So then, economic policy 'Balearic style' means creating a policy and adopting an attitude that both directly and indirectly strike at the heart of one of the major income streams for the island. Tourists cast a vote when they book their holiday, go to Ibiza or not, hardly a matter of life or death. But for those who depend on tourists and tourism to earn a living and in some instances just to make ends meet, this is far more serious. The people ultimately affected will be the local people, either those born and bred Ibicencos or those have decided to make this island their home.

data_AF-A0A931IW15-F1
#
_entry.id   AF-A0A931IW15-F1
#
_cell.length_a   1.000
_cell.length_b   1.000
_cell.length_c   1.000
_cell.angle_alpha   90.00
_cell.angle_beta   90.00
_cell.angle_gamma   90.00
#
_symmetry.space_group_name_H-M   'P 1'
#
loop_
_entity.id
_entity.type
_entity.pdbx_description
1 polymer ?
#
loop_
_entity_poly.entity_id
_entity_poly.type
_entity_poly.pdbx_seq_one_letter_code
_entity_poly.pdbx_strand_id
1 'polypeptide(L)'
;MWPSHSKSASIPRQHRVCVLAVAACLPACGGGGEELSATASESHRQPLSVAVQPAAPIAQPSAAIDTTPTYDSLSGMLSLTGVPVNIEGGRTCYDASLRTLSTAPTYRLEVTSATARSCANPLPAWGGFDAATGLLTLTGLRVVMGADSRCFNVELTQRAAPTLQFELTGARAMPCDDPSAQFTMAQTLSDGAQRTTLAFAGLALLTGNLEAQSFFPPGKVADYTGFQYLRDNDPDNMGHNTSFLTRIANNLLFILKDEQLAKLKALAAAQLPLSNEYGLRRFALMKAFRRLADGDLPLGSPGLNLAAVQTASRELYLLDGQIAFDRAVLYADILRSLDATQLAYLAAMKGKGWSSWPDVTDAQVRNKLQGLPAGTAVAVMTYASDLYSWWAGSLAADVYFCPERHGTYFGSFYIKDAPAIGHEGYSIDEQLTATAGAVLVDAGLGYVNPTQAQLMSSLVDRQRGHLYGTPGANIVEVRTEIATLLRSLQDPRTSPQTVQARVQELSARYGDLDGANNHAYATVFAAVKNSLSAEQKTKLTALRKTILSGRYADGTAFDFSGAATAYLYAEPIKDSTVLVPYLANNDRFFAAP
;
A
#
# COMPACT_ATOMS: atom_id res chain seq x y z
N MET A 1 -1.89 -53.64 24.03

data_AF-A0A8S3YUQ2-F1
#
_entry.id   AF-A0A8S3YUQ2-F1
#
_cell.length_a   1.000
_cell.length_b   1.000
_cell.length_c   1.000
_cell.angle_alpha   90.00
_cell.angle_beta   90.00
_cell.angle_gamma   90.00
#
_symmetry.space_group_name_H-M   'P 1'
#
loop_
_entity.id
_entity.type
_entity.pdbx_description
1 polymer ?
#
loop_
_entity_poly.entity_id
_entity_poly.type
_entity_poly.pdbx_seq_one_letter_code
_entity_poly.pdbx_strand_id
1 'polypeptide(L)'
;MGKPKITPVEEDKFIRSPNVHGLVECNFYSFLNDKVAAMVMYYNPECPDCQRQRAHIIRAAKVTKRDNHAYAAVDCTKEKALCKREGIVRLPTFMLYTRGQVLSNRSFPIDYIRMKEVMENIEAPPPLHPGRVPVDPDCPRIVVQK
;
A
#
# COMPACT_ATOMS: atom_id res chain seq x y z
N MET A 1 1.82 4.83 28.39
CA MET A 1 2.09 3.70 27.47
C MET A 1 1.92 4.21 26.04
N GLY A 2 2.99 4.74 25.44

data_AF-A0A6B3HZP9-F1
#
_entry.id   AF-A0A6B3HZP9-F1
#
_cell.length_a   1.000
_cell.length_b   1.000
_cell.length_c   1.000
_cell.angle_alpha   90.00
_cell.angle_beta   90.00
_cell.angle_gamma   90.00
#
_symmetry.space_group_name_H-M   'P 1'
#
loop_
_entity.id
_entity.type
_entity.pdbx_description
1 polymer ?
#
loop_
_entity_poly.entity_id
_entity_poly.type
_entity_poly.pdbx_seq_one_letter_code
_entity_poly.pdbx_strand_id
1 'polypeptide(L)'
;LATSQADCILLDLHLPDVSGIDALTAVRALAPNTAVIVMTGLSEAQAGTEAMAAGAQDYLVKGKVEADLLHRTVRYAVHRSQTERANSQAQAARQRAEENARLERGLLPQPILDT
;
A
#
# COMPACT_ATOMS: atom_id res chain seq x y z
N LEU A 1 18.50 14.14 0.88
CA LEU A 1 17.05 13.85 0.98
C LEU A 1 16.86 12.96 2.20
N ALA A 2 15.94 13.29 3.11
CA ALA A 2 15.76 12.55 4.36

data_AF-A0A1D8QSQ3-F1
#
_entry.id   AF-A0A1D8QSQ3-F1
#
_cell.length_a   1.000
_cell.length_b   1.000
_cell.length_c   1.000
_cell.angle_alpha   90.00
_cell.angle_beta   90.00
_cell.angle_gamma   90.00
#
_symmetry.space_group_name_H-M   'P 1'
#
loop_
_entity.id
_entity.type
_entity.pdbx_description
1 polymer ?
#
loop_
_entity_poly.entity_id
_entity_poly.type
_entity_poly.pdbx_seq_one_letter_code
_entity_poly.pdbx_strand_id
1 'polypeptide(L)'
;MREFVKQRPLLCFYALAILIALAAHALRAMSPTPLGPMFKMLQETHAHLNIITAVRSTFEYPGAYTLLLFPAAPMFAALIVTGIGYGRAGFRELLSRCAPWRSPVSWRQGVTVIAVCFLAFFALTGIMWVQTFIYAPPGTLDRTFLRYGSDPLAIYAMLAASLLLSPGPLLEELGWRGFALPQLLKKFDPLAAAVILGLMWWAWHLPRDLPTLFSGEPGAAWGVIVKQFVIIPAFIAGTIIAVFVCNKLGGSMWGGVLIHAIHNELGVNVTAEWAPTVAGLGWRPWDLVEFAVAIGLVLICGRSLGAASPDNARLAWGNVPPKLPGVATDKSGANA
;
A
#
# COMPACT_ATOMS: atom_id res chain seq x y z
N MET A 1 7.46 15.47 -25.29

This dream tourist economy, which is expected to become a reality as a result of getting rid of 'undesirable' clubbers, can't just happen overnight. Yet, the locals affected by a policy aimed at achieving such a dream have been kicked whilst they are down; global economic crisis and Ibicenco economic madness. What is most intriguing now must be the mindset of the PSOE government. The economic distress as a result of the law will have surprised them, worse still, this is money-in-my-pocket economics, the type that wins or loses votes. It is either knowingly or through ignorance that the local tax paying, service providing businesses have been affected. Whichever, they have become collateral damage for a policy aimed solely at a minority of clubs and clubbers. It is on their behalf that we speak.